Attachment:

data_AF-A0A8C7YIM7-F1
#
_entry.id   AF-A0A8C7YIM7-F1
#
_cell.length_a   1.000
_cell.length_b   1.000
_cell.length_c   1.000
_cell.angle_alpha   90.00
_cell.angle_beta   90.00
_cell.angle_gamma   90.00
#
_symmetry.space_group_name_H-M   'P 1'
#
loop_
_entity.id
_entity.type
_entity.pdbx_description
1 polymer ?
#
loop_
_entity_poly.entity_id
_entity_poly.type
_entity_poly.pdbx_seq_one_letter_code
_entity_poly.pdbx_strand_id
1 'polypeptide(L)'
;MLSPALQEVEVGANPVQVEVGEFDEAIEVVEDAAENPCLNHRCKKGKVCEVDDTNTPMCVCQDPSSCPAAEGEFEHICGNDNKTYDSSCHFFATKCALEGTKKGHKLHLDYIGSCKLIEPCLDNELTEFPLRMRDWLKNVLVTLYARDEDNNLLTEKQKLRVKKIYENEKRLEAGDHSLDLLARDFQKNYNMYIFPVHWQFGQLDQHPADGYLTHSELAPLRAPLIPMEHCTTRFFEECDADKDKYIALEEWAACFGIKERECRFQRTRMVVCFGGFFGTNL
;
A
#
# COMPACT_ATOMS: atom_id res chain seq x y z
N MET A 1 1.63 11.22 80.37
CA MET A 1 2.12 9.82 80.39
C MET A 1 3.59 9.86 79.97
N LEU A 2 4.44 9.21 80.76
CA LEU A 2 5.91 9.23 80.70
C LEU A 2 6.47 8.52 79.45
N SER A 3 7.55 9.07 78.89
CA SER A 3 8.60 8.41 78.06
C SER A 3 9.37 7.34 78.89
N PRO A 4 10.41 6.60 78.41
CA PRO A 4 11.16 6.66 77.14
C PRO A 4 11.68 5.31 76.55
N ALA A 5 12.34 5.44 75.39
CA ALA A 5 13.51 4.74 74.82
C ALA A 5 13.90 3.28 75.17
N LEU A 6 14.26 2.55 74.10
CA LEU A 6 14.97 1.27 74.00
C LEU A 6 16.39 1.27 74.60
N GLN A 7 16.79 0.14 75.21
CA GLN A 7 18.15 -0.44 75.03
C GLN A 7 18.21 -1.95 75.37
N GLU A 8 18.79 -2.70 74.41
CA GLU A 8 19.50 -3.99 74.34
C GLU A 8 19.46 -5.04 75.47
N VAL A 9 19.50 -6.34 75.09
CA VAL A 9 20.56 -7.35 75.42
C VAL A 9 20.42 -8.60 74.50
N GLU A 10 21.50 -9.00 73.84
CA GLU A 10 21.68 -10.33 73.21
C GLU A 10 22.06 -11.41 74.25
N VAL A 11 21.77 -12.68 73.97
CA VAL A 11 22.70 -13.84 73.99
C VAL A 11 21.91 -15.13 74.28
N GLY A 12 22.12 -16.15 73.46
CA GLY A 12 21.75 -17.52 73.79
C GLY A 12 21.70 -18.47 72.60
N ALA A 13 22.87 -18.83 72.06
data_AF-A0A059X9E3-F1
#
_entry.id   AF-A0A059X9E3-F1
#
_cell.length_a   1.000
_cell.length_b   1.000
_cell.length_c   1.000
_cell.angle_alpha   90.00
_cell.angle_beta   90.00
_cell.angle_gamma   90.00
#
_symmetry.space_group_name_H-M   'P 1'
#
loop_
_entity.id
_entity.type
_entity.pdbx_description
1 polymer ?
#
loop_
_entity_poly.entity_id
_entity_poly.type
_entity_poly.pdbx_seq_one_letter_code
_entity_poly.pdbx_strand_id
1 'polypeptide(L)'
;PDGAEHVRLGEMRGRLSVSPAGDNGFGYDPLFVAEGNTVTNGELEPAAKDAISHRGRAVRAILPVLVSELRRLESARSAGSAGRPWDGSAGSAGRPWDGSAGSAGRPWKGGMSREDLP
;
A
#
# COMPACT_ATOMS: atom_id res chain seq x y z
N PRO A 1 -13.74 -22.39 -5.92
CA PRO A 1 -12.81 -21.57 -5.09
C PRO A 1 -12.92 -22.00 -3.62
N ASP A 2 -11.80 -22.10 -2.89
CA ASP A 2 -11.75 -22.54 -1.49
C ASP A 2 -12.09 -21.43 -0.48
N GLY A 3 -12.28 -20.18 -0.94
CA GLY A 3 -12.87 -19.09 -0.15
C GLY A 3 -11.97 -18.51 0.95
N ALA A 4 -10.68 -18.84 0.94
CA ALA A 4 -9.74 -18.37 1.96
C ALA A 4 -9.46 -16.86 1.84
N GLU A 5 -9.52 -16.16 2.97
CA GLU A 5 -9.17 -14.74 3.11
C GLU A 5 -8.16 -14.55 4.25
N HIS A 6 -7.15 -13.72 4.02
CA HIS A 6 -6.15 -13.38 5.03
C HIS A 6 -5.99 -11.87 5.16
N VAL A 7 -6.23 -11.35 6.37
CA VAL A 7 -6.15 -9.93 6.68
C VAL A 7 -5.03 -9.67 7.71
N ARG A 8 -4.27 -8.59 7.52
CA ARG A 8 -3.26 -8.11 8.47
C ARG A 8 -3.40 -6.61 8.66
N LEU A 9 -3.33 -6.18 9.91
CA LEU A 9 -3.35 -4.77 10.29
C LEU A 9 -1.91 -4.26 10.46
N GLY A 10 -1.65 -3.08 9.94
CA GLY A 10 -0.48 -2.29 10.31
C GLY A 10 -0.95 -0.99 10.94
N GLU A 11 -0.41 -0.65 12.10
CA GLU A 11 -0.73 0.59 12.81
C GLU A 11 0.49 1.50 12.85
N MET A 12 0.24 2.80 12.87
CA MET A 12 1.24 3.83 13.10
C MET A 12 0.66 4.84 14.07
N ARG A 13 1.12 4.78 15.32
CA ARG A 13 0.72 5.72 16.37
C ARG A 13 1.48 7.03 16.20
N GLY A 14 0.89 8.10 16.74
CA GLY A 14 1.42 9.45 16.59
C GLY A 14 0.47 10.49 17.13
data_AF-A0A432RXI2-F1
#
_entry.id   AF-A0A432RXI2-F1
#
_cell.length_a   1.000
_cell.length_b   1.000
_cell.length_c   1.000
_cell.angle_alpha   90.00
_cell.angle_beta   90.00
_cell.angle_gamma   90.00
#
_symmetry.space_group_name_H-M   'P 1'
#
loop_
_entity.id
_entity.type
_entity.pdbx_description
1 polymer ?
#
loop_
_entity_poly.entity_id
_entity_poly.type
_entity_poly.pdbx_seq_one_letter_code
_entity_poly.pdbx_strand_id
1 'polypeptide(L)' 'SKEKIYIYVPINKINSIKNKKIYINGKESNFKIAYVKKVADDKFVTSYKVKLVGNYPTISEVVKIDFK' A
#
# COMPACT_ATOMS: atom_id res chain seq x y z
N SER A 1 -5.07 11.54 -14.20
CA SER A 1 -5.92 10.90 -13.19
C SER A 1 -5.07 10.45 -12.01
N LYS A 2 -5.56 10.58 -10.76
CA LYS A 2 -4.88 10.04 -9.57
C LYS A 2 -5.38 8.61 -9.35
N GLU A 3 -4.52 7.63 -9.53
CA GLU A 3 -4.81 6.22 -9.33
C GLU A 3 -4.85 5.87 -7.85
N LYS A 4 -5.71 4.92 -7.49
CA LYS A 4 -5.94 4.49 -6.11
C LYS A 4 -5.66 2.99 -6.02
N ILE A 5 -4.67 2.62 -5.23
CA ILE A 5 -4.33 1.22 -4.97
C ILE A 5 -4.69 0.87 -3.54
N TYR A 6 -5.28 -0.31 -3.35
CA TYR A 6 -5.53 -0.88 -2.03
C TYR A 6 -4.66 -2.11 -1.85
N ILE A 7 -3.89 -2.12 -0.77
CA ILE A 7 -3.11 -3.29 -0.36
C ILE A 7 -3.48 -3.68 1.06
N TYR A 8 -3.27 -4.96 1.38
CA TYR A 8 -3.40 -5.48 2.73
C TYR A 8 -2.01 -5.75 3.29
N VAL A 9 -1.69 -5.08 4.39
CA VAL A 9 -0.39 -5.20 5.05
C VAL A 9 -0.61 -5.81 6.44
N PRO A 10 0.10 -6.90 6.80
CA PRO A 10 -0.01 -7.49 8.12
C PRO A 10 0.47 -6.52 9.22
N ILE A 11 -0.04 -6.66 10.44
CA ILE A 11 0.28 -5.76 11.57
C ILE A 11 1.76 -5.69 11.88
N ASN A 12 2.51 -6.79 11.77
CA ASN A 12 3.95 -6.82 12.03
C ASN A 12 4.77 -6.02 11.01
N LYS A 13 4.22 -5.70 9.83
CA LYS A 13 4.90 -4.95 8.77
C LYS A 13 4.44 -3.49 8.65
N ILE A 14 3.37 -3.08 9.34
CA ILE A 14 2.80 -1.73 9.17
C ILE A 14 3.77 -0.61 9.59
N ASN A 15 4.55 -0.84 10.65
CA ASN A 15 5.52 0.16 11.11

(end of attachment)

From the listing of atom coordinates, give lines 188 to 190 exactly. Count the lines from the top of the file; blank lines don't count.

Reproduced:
N TYR A 8 -3.27 -4.96 1.38
CA TYR A 8 -3.40 -5.48 2.73
C TYR A 8 -2.01 -5.75 3.29